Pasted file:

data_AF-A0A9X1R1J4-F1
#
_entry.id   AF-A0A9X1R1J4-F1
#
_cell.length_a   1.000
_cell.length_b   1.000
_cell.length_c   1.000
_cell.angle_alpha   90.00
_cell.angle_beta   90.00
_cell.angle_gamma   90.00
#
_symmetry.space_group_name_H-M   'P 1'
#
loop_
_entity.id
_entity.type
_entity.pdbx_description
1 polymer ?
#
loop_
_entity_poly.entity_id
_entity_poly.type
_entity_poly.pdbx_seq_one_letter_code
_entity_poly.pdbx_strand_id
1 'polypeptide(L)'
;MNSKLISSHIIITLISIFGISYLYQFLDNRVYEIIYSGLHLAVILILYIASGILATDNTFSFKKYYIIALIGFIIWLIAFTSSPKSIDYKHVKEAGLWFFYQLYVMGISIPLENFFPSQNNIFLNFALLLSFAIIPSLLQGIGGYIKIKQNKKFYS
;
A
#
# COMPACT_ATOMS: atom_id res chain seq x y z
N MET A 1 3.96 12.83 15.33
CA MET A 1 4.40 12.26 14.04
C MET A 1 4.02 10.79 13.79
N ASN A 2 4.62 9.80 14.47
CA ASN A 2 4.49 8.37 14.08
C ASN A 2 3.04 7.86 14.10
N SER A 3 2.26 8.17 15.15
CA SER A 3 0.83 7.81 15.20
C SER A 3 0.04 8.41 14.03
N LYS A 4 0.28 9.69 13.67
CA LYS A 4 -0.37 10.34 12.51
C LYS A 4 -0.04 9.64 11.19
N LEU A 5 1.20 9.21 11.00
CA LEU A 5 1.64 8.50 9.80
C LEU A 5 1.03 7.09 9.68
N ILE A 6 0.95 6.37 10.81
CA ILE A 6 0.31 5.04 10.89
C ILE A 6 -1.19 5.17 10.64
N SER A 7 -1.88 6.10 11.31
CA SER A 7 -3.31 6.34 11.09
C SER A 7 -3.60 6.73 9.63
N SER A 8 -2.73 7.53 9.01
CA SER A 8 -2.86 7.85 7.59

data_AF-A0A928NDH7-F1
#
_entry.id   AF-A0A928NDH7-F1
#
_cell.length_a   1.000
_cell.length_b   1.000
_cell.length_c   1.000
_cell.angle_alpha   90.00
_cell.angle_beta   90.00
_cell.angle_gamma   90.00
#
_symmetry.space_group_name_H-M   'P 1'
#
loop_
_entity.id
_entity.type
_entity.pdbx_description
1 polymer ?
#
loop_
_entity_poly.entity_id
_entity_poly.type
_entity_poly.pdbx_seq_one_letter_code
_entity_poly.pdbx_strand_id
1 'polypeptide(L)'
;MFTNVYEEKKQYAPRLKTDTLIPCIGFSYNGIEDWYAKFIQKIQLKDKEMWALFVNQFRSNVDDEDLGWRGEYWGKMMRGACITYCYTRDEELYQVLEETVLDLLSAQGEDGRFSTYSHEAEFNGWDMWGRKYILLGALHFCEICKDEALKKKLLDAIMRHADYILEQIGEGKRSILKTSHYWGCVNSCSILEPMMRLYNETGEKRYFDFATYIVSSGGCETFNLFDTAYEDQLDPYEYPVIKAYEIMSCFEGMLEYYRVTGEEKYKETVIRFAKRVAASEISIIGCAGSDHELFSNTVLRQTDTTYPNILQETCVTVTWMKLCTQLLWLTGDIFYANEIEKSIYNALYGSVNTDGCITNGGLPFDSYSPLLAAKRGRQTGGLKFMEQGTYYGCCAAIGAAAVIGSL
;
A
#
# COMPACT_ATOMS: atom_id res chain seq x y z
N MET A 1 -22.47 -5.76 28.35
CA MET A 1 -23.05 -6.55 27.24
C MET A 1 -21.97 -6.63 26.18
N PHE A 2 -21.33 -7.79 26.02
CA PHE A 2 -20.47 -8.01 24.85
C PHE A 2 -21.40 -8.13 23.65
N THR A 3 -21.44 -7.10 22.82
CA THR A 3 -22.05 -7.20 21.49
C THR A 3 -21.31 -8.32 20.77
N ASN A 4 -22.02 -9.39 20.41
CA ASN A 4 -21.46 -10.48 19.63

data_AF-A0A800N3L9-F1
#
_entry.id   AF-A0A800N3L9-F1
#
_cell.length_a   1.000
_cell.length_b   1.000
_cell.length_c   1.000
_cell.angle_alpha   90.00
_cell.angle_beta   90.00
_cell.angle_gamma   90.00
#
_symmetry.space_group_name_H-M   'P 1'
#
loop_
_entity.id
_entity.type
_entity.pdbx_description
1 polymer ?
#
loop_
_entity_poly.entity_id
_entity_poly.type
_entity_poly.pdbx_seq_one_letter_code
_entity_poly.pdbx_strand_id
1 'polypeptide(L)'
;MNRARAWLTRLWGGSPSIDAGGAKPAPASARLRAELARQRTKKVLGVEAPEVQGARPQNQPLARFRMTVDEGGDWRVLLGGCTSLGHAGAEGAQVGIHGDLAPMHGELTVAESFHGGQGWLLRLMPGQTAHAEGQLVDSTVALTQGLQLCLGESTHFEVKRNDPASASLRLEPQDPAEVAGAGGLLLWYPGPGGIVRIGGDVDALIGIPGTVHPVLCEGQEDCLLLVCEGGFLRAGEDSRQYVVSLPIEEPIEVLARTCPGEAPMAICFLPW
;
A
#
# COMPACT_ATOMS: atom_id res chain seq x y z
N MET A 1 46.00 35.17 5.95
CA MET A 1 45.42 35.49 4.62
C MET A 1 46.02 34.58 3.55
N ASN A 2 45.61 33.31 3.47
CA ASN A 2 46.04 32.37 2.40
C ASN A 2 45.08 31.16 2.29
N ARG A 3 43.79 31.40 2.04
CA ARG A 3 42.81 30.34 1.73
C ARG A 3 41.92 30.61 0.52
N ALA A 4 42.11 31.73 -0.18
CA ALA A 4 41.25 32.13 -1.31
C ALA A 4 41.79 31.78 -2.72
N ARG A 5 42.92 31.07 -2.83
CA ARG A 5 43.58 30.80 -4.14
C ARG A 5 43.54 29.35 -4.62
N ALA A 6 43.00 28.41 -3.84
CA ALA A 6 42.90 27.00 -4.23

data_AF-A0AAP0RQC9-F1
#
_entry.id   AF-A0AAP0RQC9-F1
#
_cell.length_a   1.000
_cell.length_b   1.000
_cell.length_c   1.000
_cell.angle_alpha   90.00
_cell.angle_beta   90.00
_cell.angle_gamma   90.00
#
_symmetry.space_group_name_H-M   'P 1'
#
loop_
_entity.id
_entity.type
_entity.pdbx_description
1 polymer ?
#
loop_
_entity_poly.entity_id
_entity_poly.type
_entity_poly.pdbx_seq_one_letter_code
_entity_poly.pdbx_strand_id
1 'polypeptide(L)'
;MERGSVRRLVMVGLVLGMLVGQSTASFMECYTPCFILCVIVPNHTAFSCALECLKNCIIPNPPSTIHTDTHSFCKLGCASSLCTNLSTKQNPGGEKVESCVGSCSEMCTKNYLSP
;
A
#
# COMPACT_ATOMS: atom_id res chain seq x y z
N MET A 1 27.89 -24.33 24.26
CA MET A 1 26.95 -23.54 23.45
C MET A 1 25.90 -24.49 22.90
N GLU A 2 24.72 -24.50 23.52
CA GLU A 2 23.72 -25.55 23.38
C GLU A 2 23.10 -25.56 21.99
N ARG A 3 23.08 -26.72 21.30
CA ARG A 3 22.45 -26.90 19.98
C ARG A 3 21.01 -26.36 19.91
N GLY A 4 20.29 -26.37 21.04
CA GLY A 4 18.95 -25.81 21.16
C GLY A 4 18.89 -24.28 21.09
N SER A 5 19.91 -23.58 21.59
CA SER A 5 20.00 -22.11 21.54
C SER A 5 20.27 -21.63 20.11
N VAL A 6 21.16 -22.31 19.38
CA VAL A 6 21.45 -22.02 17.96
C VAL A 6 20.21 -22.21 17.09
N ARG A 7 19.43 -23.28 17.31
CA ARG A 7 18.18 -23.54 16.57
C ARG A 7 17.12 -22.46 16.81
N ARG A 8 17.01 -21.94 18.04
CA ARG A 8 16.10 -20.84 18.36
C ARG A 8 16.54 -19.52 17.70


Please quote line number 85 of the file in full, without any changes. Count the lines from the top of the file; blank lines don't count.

CA MET A 1 -23.05 -6.55 27.24